Twenty-eight out of 107 parents of the children of the group 1 and 2 (26%) and 13/50 parents of the children of the group 3 (26%) had a positive personal history of atopic diseases (n.s.). In particular, among the parents of the children of the group 1 and 2, 4/107 (3.7%) had asthma and 13/107 (12%) had allergic rhinitis; among the parents of the children of the group 3, 2/50 (4%) had either asthma and rhinitis (n.s.). The skin was xerosic in 47/107 (44%) parents of the children of the group 1 and 2 and only in 6 out of 50 parents of the children of the group 3 and in no parents of the children of the control group. This difference was highly significative (p<0.0005). Seventy-eight out of 107 (73%) parents of the children of the groups 1+2 and 37/50 (74%) parents of the children of the group 3 had no clinical allergy (n.s.) (Figure 1). No parent referred to have suffered from AD and no sign and symptom due to AD were present at a careful clinical investigation. The children with in progress or previous AD (groups 1 and 2) and the atopic children without AD of the group 3 had positive SPT to CM respectively in 19/54 cases (35%) and in 1/23 cases (4%) (p<0.005), to egg in 19/54 cases (35%) and in 3/23 cases (13%) (p<0.05), to wheat in 7/51 cases (14%) and in 2/23 cases (9%) (n.s.) and in no control group.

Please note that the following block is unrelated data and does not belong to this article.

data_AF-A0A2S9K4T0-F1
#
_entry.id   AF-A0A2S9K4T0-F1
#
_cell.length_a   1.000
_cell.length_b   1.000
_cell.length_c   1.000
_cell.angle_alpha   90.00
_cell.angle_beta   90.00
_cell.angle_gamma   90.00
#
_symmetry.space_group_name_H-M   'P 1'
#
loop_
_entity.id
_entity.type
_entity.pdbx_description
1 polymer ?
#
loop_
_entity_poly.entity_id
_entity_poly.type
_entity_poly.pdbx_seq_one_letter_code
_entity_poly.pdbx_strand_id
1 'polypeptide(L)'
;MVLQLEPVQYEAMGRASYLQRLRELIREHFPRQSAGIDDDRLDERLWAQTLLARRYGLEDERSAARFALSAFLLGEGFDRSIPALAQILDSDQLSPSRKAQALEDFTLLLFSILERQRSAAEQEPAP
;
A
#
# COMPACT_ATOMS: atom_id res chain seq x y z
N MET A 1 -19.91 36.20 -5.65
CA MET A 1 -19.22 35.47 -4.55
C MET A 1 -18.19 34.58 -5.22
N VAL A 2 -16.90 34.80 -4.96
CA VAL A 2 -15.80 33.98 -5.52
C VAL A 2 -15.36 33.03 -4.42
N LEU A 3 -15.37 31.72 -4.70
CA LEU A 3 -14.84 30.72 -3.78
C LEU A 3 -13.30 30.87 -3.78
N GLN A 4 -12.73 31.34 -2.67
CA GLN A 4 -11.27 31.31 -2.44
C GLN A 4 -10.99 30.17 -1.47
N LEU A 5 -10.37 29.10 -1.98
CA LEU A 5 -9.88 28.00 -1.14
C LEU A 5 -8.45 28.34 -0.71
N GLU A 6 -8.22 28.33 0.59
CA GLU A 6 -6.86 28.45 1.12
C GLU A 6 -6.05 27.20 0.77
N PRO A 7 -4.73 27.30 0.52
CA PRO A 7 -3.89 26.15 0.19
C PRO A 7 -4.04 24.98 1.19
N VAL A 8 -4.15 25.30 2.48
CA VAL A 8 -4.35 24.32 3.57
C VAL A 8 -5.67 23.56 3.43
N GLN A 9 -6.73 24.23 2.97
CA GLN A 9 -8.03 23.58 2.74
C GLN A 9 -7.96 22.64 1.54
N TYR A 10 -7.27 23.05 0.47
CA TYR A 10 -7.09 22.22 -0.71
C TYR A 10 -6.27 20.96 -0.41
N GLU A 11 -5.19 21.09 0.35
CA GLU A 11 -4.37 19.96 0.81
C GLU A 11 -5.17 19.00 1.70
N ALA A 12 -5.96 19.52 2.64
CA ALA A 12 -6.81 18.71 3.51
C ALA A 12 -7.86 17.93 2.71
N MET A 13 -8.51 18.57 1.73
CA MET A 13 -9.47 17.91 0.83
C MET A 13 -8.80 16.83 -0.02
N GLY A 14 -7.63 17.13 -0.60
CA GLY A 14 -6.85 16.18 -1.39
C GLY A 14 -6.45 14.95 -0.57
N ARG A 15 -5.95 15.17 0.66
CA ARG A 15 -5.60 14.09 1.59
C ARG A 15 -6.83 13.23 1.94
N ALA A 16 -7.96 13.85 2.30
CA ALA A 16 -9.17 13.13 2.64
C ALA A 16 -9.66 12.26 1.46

Skin prick test response to Der p
SPT to Der p was positive in 17/31 children (55%) of the group 1, in 12/23 children (52%) of the group 2, in 12/25 children (52%) of the group 3 and in no control subject. RAST to Der p was positive in 14/30 children (47%) of the group 1, in 12/21 children (57%) of the group 2, in 16/24 children (67%) of the group 3 and in no control subject. All the differences among the groups 1 and 2 and 3 were not significative.
Patch test response to Der p
Figure 2 shows the results of the PTs in children. The PT was positive in 27/31 children (87%) with AD (group 1), in 19/23 children (83%) with previous AD (group 2), in 11/25 atopic children (44%) without AD (group 3) and in no control subject. The difference between group 1 and group 2 was not significative, the difference between group 1 and 2 versus group 3 was highly significative (p<0.001).